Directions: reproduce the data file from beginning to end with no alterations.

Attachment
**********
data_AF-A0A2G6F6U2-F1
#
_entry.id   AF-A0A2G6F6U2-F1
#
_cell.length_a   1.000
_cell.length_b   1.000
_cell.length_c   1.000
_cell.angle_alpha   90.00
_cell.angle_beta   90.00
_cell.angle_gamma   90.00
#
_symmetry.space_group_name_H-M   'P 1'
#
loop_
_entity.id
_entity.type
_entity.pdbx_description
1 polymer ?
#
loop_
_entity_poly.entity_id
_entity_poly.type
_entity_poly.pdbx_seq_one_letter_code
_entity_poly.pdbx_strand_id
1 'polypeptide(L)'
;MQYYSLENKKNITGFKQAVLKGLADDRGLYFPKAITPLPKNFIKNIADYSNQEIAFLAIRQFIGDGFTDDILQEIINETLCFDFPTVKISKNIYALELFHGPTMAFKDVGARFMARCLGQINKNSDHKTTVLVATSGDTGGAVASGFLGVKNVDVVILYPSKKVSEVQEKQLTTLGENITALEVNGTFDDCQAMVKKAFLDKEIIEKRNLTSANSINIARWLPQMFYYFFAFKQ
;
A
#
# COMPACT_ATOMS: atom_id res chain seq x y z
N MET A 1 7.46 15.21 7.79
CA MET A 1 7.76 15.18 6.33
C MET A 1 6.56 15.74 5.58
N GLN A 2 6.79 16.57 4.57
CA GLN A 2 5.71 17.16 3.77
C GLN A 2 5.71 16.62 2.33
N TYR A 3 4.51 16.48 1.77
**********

data_AF-A0A2G6F6U2-F1
#
_entry.id   AF-A0A2G6F6U2-F1
#
_cell.length_a   1.000
_cell.length_b   1.000
_cell.length_c   1.000
_cell.angle_alpha   90.00
_cell.angle_beta   90.00
_cell.angle_gamma   90.00
#
_symmetry.space_group_name_H-M   'P 1'
#
loop_
_entity.id
_entity.type
_entity.pdbx_description
1 polymer ?
#
loop_
_entity_poly.entity_id
_entity_poly.type
_entity_poly.pdbx_seq_one_letter_code
_entity_poly.pdbx_strand_id
1 'polypeptide(L)'
;MQYYSLENKKNITGFKQAVLKGLADDRGLYFPKAITPLPKNFIKNIADYSNQEIAFLAIRQFIGDGFTDDILQEIINETLCFDFPTVKISKNIYALELFHGPTMAFKDVGARFMARCLGQINKNSDHKTTVLVATSGDTGGAVASGFLGVKNVDVVILYPSKKVSEVQEKQLTTLGENITALEVNGTFDDCQAMVKKAFLDKEIIEKRNLTSANSINIARWLPQMFYYFFAFKQ
;
A
#
# COMPACT_ATOMS: atom_id res chain seq x y z
N MET A 1 7.46 15.21 7.79
CA MET A 1 7.76 15.18 6.33
C MET A 1 6.56 15.74 5.58
N GLN A 2 6.79 16.57 4.57
CA GLN A 2 5.71 17.16 3.77
C GLN A 2 5.71 16.62 2.33
N TYR A 3 4.51 16.48 1.77